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PDFWAC 296-307-62605

Identify and evaluate respiratory hazards.

You must:
• Make sure employees are protected from potentially hazardous exposure while you perform your evaluation
• Perform your evaluation without considering the protection provided to employees by a respirator
• Determine the form of the hazard, such as dust, mist, gas, oxygen deficiency, or biological agent
• Make sure you consider:
– Potential emergency and rescue situations that may occur, such as equipment or power failures, uncontrolled chemical reactions, fire, explosion, or human error
– Workplace conditions such as work processes, types of material, control methods, work practices and environmental conditions.
• Determine or reasonably estimate whether any employee is or could be exposed to any of the following:
– Any airborne substance above a permissible exposure limit (PEL) listed in Table 3
– A substance at or above the action level (AL) specified in the rule for that substance
– Any other respiratory hazard.
• Use any of the following to determine employee exposure:
– Information that would allow an estimate of the level of employee exposure, such as MSDSs or pesticide labels, observations, measurements or calculations
– Data demonstrating that a particular product, material or activity cannot result in employee exposure at or above the AL or PEL
– Personal air samples that represent an employee's usual or worst case exposure for the entire shift.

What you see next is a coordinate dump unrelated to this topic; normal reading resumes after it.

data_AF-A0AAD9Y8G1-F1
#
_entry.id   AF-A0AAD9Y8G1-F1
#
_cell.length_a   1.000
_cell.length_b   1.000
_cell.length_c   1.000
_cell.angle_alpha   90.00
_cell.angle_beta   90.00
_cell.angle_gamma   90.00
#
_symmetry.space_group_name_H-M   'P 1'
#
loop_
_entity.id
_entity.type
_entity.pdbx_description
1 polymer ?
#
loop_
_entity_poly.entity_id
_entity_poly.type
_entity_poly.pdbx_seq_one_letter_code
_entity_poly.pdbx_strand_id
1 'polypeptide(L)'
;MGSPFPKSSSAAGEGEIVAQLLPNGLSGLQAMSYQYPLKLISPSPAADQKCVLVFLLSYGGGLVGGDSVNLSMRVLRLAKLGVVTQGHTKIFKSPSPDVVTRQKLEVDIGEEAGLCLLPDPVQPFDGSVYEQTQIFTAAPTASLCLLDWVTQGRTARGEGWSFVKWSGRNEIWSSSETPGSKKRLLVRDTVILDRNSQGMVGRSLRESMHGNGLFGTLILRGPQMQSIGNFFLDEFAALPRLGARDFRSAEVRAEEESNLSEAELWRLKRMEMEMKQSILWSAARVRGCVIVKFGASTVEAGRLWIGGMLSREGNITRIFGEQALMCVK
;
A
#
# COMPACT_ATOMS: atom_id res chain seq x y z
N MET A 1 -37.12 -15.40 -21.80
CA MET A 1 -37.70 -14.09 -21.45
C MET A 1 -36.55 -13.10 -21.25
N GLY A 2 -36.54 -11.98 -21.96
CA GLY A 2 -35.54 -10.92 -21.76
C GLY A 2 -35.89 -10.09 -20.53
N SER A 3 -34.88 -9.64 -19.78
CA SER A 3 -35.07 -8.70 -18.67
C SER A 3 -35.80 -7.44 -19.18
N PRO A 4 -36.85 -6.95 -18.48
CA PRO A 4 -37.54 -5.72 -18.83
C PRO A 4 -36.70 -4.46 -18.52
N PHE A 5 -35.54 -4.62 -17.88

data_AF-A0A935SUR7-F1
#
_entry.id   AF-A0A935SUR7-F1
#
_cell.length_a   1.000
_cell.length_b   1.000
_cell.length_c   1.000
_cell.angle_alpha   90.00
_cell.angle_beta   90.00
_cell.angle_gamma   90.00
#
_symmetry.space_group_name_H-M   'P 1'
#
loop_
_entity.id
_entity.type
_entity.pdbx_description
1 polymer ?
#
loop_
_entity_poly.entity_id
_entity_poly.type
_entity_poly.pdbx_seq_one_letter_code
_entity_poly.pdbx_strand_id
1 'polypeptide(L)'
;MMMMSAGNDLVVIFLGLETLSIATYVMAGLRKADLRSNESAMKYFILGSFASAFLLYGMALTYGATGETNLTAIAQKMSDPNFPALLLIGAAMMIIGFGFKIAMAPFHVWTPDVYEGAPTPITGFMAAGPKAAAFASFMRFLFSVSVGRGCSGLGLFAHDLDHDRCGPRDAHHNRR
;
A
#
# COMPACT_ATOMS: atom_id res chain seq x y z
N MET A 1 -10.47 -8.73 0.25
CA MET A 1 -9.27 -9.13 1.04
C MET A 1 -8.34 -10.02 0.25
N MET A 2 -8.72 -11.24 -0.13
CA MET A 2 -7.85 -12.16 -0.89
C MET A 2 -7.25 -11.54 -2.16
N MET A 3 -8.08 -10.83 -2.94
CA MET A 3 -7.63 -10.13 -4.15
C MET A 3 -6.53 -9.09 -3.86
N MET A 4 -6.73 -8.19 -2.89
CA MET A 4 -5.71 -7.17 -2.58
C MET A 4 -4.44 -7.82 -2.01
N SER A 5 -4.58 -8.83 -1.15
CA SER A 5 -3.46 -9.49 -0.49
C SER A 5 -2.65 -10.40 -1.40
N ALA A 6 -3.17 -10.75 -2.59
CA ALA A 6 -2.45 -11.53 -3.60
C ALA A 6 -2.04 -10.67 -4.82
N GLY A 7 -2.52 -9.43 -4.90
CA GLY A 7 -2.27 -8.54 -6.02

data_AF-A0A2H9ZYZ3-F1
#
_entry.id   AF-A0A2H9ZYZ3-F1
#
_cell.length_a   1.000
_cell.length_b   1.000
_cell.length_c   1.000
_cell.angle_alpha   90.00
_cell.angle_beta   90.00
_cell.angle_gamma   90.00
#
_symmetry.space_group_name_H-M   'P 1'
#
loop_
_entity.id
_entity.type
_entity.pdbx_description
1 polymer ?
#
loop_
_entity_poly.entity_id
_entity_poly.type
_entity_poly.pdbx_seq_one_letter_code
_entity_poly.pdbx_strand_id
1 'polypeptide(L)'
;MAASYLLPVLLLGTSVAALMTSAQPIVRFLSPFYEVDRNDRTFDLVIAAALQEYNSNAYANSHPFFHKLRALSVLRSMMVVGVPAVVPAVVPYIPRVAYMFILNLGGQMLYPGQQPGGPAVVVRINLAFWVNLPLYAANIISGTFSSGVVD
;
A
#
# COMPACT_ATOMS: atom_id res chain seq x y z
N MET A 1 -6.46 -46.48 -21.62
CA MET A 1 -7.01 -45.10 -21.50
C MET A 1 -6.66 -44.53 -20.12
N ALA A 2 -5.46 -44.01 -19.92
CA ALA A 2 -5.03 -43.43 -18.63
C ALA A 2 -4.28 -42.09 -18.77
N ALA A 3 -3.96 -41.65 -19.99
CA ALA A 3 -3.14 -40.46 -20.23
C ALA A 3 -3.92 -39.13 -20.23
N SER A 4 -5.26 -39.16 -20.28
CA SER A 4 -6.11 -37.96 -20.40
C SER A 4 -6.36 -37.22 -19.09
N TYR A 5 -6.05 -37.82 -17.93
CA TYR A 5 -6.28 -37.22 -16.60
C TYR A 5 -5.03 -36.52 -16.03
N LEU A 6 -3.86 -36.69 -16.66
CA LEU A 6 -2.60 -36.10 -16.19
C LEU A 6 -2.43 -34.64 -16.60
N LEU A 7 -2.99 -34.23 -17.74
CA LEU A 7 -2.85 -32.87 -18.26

• Rules for specific substances may contain additional requirements for determining employee exposure.
• Use methods of sampling and analysis that have been validated by the laboratory performing the analysis.
• Samples from a representative group of employees may be used for other employees performing the same work activities when the duration and level of exposure are similar.
You must:
• Consider the atmosphere to be immediately dangerous to life or health (IDLH) when you cannot determine or reasonably estimate employee exposure
• Make sure employee exposure, to 2 or more substances with additive health effects, is evaluated using this formula:
Is the . . .
Equivalent exposure for the mixture. When the value of E is greater than 1, a respiratory hazard is present.
Concentration of a particular substance.
TWA, STEL, or ceiling for that substance from Table 3.
[Statutory Authority: RCW 49.17.010, 49.17.040, 49.17.050, 49.17.060. WSR 05-01-166, § 296-307-62605, filed 12/21/04, effective 4/2/05.]
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